One wonders how many millions of taxpayer dollars were squandered on procuring a conviction on "racketeering" that involved a couple of diet pills.
What this reflects is a US Government that has no compunction about using its astonishing power to coerce "confessions" that serve its political ends.
A society that has US prosecutors behaving in this way toward medical practitioners who are responsible for the welfare of hundreds, sometimes thousands of people in a community, is a society
whose social fabric is badly torn.
Family Member of a Chronic Pain Patient
Pain Relief Network
Dr. Knox pleads guilty, surrenders license
Saturday, September 03, 2005 -
The Roanoke pain doctor who once faced more than 300 federal charges pleaded guilty Friday to four crimes and agreed to surrender his license to practice medicine.
Cecil Byron Knox's plea in an Abingdon courtroom marks the homestretch in more than four years of legal wrangling. While defense attorneys say the case was settled on Knox's terms in the end, U.S. Attorney John Brownlee said it is a victory for the many people the government alleged were hurt by Knox.
"In my opinion, it's the most significant conviction in this district in the United States in the past 30 years," Brownlee said, later adding: "Our goal was to stop him and this plea allows us to do that."
A month and a half before he was scheduled to go to trial for the second time, Knox, 56, opted instead to plead guilty to felony racketeering, two counts of felony marijuana distribution and misdemeanor health care fraud. He also surrendered his medical license and Drug Enforcement Agency registration number, which allowed him to prescribe controlled substances.
The racketeering charge relates to two incidents in 1998 when Knox distributed the controlled substance Fastin to a patient with the understanding that she would share the drug with him. Those acts constitute racketeering because they represent a pattern of illegal activity committed within the operation of an enterprise, the medical practice.
For reasons that included Knox's ongoing battle with non-Hodgkin's lymphoma, the government has agreed to a sentencing range that maxes out at one year in prison but also includes alternatives to jail time. Knox is scheduled to be sentenced in November.
Knox was first indicted in February 2002, along with his practice, his former office manager, Beverly Boone, and employees Willard Newbill James and Kathleen O'Gee.
Knox's charges included prescribing controlled substances such as the painkiller OxyContin outside the scope of legitimate medical practice, and the government alleged that in multiple cases the doctor's irresponsible drug dispensing resulted in injury or death to patients.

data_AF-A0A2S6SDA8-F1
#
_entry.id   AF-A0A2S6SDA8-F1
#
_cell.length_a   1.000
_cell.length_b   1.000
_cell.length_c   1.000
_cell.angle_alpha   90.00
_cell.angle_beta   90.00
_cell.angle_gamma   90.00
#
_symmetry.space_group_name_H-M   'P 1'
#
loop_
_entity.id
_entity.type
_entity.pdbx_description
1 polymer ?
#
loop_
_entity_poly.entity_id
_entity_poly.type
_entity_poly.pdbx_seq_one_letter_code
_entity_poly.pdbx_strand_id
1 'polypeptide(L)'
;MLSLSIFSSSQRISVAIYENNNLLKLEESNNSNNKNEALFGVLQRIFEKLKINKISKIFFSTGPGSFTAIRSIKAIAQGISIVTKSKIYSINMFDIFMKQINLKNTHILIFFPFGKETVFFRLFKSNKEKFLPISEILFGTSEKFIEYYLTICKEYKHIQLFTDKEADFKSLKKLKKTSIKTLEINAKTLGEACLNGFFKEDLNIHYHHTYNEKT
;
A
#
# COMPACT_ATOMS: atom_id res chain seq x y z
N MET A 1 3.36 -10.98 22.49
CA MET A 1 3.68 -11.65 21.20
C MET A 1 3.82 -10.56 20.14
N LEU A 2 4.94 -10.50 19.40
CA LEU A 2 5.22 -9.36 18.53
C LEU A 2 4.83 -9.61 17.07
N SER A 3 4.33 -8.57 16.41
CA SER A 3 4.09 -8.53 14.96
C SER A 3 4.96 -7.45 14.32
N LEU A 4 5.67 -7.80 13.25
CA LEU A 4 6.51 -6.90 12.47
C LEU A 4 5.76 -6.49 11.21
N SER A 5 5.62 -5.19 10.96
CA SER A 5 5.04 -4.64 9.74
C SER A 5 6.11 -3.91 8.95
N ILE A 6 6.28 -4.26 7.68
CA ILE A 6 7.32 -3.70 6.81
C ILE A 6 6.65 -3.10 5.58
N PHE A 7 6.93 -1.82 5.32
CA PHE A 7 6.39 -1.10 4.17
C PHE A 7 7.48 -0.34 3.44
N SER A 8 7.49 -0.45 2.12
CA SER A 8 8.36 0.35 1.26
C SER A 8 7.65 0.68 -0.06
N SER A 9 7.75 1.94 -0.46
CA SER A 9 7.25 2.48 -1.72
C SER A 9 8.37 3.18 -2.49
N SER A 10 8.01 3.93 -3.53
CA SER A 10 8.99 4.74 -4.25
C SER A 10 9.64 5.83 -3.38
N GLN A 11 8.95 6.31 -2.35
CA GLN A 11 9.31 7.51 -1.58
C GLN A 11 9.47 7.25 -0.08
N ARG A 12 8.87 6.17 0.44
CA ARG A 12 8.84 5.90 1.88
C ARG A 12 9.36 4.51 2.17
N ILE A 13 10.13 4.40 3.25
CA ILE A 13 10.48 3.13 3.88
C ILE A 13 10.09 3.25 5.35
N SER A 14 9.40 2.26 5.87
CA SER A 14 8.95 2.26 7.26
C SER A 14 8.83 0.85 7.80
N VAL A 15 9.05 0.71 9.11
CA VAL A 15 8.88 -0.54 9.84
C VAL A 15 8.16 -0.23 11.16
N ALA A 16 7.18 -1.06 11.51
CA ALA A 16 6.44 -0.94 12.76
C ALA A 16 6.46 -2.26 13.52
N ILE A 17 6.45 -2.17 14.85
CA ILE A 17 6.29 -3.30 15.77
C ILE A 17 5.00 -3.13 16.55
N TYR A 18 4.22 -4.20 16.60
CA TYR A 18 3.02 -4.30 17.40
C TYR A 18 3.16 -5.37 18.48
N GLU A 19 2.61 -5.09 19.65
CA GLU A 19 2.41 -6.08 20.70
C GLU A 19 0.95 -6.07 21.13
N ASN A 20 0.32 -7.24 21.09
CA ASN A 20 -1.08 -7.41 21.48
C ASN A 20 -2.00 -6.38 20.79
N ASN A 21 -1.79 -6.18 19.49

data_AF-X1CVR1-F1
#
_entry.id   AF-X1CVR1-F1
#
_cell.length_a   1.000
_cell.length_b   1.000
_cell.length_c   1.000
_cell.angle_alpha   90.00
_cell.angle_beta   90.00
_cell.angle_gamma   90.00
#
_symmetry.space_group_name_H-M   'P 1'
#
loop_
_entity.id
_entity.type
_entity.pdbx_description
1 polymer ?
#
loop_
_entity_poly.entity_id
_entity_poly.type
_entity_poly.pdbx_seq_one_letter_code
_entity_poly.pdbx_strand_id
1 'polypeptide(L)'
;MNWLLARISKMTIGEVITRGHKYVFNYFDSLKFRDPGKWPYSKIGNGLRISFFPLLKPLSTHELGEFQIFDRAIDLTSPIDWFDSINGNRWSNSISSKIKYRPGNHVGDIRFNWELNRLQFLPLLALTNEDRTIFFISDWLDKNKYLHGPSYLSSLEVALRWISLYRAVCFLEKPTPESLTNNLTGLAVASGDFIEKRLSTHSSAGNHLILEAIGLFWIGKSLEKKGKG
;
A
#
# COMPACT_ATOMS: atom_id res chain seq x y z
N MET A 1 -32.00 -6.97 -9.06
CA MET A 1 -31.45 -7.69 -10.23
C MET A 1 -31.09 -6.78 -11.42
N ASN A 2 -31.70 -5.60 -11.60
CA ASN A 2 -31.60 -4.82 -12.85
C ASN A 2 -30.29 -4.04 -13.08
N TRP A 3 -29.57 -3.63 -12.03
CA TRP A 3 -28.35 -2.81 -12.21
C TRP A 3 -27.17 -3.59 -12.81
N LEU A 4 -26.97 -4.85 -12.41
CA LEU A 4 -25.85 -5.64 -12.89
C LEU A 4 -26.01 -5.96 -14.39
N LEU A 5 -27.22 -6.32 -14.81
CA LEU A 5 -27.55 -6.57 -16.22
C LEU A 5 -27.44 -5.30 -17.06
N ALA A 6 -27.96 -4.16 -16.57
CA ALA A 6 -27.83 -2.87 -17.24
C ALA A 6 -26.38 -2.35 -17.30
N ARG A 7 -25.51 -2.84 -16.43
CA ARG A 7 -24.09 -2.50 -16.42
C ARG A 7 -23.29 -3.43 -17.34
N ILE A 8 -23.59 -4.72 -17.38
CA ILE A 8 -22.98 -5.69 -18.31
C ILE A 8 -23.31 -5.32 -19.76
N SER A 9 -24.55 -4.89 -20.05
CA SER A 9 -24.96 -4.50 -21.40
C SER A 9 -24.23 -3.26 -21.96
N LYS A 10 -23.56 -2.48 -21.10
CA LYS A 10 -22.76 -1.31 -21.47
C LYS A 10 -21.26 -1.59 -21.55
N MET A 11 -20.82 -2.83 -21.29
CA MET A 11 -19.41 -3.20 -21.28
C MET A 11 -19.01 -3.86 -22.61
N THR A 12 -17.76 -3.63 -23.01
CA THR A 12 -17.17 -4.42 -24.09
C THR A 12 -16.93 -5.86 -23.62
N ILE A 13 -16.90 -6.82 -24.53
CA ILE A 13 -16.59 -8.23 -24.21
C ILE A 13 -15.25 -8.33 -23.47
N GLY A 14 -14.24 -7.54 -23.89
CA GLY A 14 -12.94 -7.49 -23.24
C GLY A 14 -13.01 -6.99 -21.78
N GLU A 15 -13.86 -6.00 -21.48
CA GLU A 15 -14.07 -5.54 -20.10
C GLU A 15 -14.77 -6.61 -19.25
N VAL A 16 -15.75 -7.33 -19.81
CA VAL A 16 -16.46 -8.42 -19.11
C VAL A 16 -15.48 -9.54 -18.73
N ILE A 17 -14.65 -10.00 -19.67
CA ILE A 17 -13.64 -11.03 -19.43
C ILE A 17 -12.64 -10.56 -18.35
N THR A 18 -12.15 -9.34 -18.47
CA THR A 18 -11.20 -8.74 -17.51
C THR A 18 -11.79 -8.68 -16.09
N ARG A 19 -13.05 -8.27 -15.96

As more charges were added and subtracted before the first trial, the total number at one point reached 313. Knox went to trial on 81 counts, which were whittled down to 69 over the course of the eight-week trial.
The October 2003 trial ended with not guilty verdicts on about half of the charges. The jury could not reach a verdict on the rest of the charges. Boone also was acquitted.
Charges against O'Gee and James were dismissed at different times, but three months after the first trial ended, Knox and Boone were indicted again. The second time, Knox faced 95 charges, including racketeering, conspiracy to commit racketeering, criminal conspiracy, mail fraud and perjury.
Boone was indicted a second time and is scheduled to go to trial on her charges later this year. Her attorney, William Cleaveland, could not be reached for comment Friday.
Defense attorneys John Lichtenstein and Tony Anderson said Friday that the Fastin incidents and the two marijuana incidents were never alleged against Knox until he admitted them under oath during his 2003 trial. It was those admissions that led to the felony charges he pleaded to, not the government's original evidence in the case, they said.
They also said that none of the charges in the original indictments, including allegations that Knox overprescribed painkillers and caused harm to patients, were part of the agreement on Friday. All of those remaining charges have now been dropped.
"He is not entering any plea to any charge that he was originally indicted on," said Lichtenstein, who later added: "The reason Dr. Knox said, 'I want to close it on this basis' is because, if you look where he started and where he came from, the government basically walked away from the case."
But Brownlee said the racketeering charge encompassed many acts, including repeated distribution of drugs such as OxyContin, methadone and Fastin. Knox and his attorneys chose to plead to the Fastin-related acts rather than others, but the effect was the same, he said: Knox was convicted of racketeering.
"I don't think if there were just two incidents of illegal Fastin distribution that we would be talking about a racketeering conviction today," Brownlee said. "It's much broader in scope."
He added that the most important objective in the case was putting an end to Knox's career as a doctor. Although Knox could conceivably reapply for his medical license in the future, he can never prescribe medicine without a DEA registration number.